RENO BASED Aerion Corp are in the business of supersonic corporate aviation solutions, their SBJ (supersonic business jet) is a concept first revealed in 2007. The 8-12 seat jet would be powered by Pratt and Whitney JT8D-200 series turbofans currently earmarked to replace the ageing TF-33s on the USAF’s E8 Sentry fleet but military bugdet cuts have threatened that programme and in turn, the SBJ’s.
At the NBAA in Orlando last week, Aerion revealed that while their priority remains on the SBJ, other manufacturers have expressed an interest in applying Aerion’s research to their own business aircraft to boost cruise speeds and efficiency but remain below the sound barrier. The employment of elements of the wing and fuselage design to slower aircraft could produce a worthy competitor to current market leaders from Cessna and Gulfstream.
Aerion also revealed that they have looked into, and identified, possible alternative powerplants. The chief requirement for the powerplant is a relatively low by-pass ratio; inefficient at subsonic speeds, but ideal for the SBJ’s Mach 1.6 cruise. In the meantime, they have resumed laminar flow research and testing using a modified NASA F-15 after an extended freeze on development during one of the toughest spells for business aviation.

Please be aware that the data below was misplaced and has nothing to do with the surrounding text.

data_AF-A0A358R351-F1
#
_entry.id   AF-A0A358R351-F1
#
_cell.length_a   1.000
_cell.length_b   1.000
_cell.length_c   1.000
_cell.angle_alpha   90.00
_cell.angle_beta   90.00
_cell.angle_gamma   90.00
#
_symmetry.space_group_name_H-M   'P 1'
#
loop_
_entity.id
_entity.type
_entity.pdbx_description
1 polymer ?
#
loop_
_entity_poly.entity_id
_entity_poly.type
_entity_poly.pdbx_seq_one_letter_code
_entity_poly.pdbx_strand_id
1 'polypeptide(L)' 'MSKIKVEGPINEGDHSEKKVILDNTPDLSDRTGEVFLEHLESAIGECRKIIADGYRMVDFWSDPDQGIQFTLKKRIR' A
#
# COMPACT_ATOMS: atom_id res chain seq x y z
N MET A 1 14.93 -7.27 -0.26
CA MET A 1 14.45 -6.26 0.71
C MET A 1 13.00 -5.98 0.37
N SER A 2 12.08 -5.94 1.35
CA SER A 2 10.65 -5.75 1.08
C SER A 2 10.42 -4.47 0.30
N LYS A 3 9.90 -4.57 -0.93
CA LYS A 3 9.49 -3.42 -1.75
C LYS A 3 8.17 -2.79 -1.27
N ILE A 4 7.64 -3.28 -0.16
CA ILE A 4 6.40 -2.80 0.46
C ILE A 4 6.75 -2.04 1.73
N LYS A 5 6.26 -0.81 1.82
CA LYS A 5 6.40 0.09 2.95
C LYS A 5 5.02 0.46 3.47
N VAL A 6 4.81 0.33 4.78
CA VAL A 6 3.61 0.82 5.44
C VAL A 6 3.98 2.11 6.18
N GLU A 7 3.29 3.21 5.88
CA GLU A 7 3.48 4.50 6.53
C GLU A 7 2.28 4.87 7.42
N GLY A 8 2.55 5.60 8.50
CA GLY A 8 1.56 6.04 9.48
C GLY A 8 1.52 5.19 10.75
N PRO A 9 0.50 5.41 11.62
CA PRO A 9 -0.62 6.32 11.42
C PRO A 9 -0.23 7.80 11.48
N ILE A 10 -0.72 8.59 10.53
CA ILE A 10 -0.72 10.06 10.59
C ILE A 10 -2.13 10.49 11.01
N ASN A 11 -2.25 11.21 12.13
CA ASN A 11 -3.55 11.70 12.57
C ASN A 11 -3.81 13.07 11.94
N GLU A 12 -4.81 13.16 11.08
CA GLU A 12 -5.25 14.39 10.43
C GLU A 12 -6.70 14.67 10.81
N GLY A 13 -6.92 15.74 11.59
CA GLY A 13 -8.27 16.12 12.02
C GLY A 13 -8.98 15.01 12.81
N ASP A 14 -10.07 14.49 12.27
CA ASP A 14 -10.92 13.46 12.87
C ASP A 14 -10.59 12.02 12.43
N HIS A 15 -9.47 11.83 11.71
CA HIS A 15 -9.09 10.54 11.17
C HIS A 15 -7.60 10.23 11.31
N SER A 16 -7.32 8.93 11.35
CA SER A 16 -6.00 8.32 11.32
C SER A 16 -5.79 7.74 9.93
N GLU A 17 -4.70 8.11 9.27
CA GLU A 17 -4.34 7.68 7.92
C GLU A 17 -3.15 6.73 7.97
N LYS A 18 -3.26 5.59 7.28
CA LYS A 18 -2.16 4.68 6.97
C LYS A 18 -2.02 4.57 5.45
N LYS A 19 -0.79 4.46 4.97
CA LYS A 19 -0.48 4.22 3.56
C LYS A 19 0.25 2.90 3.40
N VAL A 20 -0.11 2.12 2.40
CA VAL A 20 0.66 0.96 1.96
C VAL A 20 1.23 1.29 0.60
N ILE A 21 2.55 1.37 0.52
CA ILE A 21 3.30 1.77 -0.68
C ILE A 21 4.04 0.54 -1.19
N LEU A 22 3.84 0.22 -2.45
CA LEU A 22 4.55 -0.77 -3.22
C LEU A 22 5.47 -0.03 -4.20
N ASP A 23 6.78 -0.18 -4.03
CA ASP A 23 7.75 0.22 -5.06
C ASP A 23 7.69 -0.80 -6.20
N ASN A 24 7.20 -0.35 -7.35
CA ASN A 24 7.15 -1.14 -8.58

Amongst Aerion’s concerns will be the sonic boom characteristics of the aerofoil. To counteract the restrictions in place over many countries, where supersonic flight is banned, the company claim the aircraft will cruise efficiently at mach 0.99; approximately 10% faster than current business jets such as the Citation X. Whilst the design meets current noise stipulations, there is no guarantee that it will meet future ones, with no indications of the outlines of eventual regulations.
Bolstered by over 50 commitments (including down payments) for the aircraft, Aerion is the most advanced of a number of supersonic business jet projects. Business aviation has proven to be the sector with the most interest in Supersonic transport after the airline industry shunned projects such as Boeing’s Sonic Cruiser in the early 2000’s. The programme remains tentatively scheduled to seeing first delivery of the SBJ in either the end of this decade or the beginning of the next. Current commitments are believed to have been signed on the principle of an “early-delivery” rather than an actual date, much in the same way as some luxury cars. Whether or not the SBJ is actually built has yet to be determined. As it stands, early customers may see their down payments lost, or transferred to other projects, but with many having personal wealth estimates in the hundreds of millions, the relatively meagre $250,000 deposit will be just a drop in the ocean.